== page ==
Tue, Dec 30, 2003 - Page 3 News List

Chen tells KMT to return stolen assets

THEFT The president accused the party of liquidating NT$190 billion in stolen assets and using the money to line certain party members' pockets

By Lin Chieh-yu  /  STAFF REPORTER

Democratic Progressive Party legislative caucus leader Chen Chi-mai says the Chinese Nationalist Party's (KMT) campaign policies will burden the people with heavy taxes, at a press conference yesterday. The six big Chinese characters read, ``Hollowing out party assets. Selling out the country.''


President Chen Shui-bian (陳水扁) yesterday vowed to ask the Chinese Nationalist Party (KMT) to return at least NT$190 billion after he wins a second term, saying that money stolen by the party belongs to all the people of Taiwan.

"According to reports from the Control Yuan, over the past three years the KMT has sold assets, which are worth over NT$190 billion -- NT$170 billion by selling stocks and NT$20 billion through real-estate sales," he said.

"The reports tell us that the KMT is the wealthiest political party in the world and it has the richest presidential candidate," Chen said. "We must ask the party why it has so many assets and where that money has gone."

"This is a mission to ask for justice for all the people of Taiwan," he said.

At a rally in Hualien County yesterday, Chen defended moves by the Democratic Progressive Party (DPP) to ask the KMT to return its assets stolen from the government during its decades in power.

He accused the KMT of deceiving the people during the presidential election campaign four years ago when it said it would deal with the issue. He said four years have passed without the KMT doing anything about its stolen assets and with the party using its power in the legislature to block efforts to seek justice.

This gave the KMT time to sell off the property, Chen said. The party has sold NT$190 billion of assets over the past four years -- enough to build two Su-Hua Highways; to allow a freeze in public health insurance premiums for 31 years; to enable no increase in university education fees for 62 years or to enable children of lower income households to receive education at no charge, Chen said.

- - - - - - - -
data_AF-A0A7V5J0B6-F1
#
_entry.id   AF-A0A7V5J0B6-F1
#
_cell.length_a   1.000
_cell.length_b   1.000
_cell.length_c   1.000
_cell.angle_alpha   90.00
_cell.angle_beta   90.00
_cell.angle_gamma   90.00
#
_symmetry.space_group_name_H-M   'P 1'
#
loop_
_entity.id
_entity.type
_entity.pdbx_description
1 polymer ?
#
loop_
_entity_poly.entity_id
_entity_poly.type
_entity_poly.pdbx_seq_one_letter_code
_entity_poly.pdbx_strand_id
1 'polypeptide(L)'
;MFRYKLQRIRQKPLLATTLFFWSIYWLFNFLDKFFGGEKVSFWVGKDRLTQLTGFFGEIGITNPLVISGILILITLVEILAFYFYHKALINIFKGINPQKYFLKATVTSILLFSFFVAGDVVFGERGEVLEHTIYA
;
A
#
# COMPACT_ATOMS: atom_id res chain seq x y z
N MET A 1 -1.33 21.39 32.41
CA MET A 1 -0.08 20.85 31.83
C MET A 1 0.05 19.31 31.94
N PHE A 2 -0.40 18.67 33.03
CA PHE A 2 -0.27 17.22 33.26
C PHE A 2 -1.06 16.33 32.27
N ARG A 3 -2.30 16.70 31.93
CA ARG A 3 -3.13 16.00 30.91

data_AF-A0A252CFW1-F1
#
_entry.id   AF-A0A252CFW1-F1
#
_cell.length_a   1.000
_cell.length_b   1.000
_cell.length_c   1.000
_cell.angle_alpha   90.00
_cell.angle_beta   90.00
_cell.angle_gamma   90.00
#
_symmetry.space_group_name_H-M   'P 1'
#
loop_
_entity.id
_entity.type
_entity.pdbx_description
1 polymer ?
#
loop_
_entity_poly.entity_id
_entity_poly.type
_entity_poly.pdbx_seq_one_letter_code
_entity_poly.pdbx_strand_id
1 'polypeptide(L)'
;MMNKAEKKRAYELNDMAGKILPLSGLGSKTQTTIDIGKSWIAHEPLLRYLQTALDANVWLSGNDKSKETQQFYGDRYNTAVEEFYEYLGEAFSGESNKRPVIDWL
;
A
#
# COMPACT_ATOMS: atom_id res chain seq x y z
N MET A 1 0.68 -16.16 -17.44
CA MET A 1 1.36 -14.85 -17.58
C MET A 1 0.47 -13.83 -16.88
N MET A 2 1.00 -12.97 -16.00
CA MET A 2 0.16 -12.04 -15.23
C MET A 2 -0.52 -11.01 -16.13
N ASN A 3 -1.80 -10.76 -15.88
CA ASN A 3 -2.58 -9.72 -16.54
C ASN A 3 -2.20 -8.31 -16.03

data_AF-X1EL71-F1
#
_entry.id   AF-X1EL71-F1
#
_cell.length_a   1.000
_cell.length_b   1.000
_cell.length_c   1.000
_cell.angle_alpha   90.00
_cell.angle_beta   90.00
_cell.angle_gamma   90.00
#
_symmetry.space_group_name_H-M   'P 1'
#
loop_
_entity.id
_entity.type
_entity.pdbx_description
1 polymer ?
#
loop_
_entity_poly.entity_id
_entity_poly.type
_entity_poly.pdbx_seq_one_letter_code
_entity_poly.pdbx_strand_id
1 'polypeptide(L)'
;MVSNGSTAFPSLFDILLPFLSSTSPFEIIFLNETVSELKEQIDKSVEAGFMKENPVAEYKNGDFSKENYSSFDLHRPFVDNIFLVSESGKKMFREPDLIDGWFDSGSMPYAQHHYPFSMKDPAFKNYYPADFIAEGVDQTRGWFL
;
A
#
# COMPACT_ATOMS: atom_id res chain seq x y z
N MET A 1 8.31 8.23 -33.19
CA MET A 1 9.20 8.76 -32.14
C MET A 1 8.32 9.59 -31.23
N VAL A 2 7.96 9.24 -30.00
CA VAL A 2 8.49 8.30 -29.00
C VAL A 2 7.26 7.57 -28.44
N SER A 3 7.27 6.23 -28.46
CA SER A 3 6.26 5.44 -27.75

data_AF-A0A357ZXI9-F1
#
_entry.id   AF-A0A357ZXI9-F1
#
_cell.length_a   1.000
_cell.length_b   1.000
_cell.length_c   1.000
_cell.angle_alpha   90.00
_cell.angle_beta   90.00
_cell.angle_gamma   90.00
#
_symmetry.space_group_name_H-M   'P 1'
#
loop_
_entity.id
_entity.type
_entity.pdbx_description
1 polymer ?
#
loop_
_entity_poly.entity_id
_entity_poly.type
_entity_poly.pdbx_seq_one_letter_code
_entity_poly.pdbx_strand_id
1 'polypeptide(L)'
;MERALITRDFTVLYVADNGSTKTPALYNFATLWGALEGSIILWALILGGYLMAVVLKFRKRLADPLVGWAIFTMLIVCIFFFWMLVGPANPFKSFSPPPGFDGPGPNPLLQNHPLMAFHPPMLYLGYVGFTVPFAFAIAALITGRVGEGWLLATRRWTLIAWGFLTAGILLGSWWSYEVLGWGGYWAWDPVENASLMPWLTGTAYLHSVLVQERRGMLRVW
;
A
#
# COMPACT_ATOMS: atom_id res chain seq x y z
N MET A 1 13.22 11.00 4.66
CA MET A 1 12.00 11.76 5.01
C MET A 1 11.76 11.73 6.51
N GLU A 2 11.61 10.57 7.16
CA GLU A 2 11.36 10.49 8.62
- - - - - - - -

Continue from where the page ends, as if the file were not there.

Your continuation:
"During the presidential election four years ago, they promised to return [the assets]," Chen said, "but they have returned nothing."

"They have done nothing, yet they hinder other people from doing anything about it. Meanwhile, they sell party assets and put the money into private pockets," Chen said.

Chen said the DPP has already proposed legislation to regulate the ill-gotten gains of political parties.

But the bill has been stalled for two years because of the opposition's control of the legislature.

"In not letting the bill pass, they have had the opportunity to sell off party assets," Chen said.

"As long as the Chen-Lu ticket succeeds in winning a second term, we will be able to complete the legislation. They will not be able to stop us," he said.

Chen also called the presidential campaign a battle over cross-strait affairs, saying his real opponent is the Chinese Communist Party (CCP).

"The presidential election right now is not just a campaign between the ruling Chen-Lu ticket and the opposition Lien-Soong ticket," Chen said. "It has become a crucial battle between the people of Taiwan and the Chinese Communist Party that Taiwan cannot lose."

Chen said the CCP's Taiwan task force reached a resolution on Dec. 2 to attack the DPP presidential campaign ticket through the media, Internet and China-based Taiwanese businesspeople.

"Its goal is clear -- to keep the Chen-Lu ticket from winning re-election -- and its reason is simple -- the CCP opposes Taiwan's democracy and reform," Chen said.

He added that the nation's president must be elected by all the people of Taiwan, "not be assigned or appointed by Beijing."

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